Discussion relating to the PRR, up to 1968. Visit the PRR Technical & Historical Society for more information.
  by TAMR213
Hi everyone. I was wondering if anyone had any info, maps, track diagrams, etc. On the area of the NEC around New Brunswick, County, and by the former Kilmer Military Base. Infact, behind my house, there is a spur from the NEC, that seems to of gone to Kilmer, track is still there in the woods, track dates to around 1917. Also, in the area, I see that there are many old spurs that are no longer used, and looking on some old topo maps, it seems as if there was a small yard directly next to Edison station. The area now looks like a small industrial park, and as if it was onetime serviced like one. I would be very interested if anyone had some info. Thanks.

  by GandyDancer

Kilmer was served by the Reading and the Lehigh Valley from South Plainfield and by the PRR off the NEC.

What you see behind the Edison station and running parallel to the NEC on the Westbound side was mainly Reading trackage (was still drilled by a Reading switcher when I commuted from the Edison Station in the early '70's). The PRR drilled the American Can spur farther East.

That lonely steel bridge that spans the NEC farther east from the Edison station was part of the Kilmer loop, which was the way Eastbound PRR trains entered Camp Kilmer from the NEC. If you look in the woods near the apartments on the Eastbound side, you can still find bits of the trackage.

There were about 10-15 stub tracks for troop trains located roughly in the area on both sides of Kilmer Rd. near where the Motor Vehicle office is today. The lead to those tracks is still there, running through the parking lots. It used to run all the way down to Cedar Lane past the old Rutgers Press buildings and then curved North paralleling Davidson Rd./Hoes Lane through the Livingston and Busch campuses (before there were campuses) back to the Reading and the LV.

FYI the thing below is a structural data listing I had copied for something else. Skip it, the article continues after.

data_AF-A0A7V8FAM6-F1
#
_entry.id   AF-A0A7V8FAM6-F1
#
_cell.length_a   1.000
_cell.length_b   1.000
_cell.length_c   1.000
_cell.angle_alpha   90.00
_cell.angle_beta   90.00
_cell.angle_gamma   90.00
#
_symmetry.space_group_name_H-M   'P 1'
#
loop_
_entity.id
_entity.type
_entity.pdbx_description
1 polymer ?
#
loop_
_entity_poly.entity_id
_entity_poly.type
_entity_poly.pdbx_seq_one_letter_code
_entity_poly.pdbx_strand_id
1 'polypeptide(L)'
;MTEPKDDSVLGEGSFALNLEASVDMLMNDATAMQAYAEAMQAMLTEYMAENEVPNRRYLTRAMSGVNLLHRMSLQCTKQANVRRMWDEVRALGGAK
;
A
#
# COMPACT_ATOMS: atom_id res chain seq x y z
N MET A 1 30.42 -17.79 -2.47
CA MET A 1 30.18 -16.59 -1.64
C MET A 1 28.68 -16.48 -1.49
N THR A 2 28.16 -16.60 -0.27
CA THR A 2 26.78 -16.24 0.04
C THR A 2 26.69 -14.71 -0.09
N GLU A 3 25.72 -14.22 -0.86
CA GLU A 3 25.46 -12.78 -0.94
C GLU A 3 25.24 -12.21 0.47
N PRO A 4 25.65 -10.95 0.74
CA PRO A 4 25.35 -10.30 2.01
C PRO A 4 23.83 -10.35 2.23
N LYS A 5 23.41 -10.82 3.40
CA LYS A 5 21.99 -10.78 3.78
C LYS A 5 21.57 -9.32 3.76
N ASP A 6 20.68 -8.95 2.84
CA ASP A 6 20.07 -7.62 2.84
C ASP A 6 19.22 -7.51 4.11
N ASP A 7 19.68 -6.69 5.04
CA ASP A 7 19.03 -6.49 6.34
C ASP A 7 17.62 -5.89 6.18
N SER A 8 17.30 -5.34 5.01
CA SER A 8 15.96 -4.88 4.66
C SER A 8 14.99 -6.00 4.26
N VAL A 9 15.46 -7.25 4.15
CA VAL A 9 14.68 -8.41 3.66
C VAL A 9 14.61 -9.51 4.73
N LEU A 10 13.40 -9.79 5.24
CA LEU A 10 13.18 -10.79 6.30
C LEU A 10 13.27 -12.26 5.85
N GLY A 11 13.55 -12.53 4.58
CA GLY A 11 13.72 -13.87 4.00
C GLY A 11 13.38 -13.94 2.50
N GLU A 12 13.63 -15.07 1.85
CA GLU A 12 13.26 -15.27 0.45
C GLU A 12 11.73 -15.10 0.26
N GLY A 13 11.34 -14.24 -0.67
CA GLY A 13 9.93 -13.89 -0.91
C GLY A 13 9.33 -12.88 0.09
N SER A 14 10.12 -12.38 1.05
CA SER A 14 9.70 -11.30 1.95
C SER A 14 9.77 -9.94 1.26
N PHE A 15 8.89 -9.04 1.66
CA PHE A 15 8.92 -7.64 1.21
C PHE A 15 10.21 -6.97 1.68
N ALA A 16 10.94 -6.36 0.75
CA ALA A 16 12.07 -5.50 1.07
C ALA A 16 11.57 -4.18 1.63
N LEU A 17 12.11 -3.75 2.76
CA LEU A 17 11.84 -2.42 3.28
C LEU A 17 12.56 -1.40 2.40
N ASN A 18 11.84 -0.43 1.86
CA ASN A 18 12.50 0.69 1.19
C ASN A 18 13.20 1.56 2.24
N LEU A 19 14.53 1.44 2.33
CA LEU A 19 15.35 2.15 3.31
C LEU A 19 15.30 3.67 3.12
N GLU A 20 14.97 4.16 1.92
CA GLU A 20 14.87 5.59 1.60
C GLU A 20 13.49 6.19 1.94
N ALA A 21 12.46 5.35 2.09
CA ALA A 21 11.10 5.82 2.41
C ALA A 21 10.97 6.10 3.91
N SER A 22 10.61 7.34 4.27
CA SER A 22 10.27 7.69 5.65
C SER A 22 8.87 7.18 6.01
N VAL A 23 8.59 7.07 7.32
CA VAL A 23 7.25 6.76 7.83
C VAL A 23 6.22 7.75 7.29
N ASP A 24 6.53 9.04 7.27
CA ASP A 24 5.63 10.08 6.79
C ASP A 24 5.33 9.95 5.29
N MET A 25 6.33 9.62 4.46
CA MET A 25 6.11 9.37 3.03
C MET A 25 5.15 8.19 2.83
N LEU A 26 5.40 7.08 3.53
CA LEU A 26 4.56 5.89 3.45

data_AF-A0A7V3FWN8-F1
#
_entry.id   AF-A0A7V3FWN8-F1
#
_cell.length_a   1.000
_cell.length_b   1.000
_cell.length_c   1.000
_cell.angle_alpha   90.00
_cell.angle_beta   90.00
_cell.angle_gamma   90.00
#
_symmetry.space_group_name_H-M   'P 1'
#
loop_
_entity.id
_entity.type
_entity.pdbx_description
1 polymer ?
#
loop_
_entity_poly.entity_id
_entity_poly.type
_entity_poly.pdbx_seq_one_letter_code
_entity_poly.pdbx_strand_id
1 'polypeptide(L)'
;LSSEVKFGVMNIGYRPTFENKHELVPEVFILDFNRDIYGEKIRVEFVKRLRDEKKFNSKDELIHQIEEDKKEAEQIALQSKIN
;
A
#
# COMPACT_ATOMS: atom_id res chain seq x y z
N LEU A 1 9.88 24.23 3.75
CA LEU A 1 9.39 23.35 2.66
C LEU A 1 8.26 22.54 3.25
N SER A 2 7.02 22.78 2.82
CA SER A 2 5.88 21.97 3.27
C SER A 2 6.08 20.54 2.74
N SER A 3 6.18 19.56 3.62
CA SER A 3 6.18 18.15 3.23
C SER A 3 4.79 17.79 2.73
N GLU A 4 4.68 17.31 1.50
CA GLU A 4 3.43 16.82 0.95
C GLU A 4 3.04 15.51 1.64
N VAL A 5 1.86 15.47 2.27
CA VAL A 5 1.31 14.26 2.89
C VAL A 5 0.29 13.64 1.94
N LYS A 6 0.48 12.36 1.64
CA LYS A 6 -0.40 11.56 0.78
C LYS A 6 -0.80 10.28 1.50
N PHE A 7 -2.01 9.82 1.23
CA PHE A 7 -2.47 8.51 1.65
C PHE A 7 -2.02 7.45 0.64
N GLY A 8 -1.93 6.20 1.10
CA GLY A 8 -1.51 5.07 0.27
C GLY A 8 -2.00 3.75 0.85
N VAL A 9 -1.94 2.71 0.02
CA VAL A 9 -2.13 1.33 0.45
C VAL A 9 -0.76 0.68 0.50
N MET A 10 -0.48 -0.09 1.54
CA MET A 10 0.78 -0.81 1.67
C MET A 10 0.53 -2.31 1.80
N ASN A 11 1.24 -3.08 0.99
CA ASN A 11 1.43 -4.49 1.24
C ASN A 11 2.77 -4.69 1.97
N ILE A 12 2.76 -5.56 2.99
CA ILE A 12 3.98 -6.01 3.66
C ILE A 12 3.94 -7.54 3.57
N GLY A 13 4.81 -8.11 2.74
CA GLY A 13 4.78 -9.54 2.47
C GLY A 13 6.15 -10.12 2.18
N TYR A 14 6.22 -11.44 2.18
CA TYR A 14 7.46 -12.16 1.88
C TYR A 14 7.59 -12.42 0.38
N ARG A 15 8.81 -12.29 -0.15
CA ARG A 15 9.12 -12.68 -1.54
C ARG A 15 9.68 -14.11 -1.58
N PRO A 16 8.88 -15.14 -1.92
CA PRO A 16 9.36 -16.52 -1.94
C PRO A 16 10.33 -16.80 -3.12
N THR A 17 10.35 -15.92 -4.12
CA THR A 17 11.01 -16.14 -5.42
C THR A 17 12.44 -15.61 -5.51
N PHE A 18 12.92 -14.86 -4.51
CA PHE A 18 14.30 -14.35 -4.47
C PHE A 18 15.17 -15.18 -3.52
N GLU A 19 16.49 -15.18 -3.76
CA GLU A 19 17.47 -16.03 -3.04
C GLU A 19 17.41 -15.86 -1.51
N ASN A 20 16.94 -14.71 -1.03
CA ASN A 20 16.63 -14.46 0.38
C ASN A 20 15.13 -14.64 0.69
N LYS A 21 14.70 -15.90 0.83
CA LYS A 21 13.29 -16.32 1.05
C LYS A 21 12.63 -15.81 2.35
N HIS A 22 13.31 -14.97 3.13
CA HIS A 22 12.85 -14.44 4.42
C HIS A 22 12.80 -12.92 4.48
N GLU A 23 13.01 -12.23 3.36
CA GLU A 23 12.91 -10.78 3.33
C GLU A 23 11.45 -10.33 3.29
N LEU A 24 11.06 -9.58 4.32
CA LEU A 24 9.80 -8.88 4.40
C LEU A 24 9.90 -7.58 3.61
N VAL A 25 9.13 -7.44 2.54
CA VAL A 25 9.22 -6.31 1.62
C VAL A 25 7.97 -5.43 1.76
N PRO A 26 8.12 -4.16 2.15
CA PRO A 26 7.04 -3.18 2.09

There was another set of team tracks where heavy equipment (bulldozers, tanks, half-tracks) was loaded onto flatcars about where the Rutgers Press buildings were located.

You can see some of the original Army buildings (gray colored) just across Kilmer Rd. from the truck driving school and those streets are part of the original Kilmer plant.

I have seen a Kilmer track map before and if I locate it, I will post a link.

  by TAMR213
Thanks for the info Gandy. I knew about the Lone Bridge over the NEC, and that the buildings and many others were Army buildings, as I live right down the street from them (Cedar Lane in HP). I did not know that there were stub tracks located currently where the inspection station was, I always thought they just went into the tracks for the buildings located across from the truck driving school. Do you know of the spur that crosses Kilmer Road north of the Kilmer Mail facility (that is no longer used)? Was it an industrial spur? It seems as if it was at one time, along with many others in the area. Were these too switched by the Reading? Interesting to hear that the Reading switched industries so close to the Pennsy. Do you know why this was? I would really appriciate the track maps of the area. Also, I would really appriciate if you had any photos of the area. I have been loking for some history on these rail operations, as they are right up the road from me, but haven't been able to find much, if anything sometimes. Thanks again.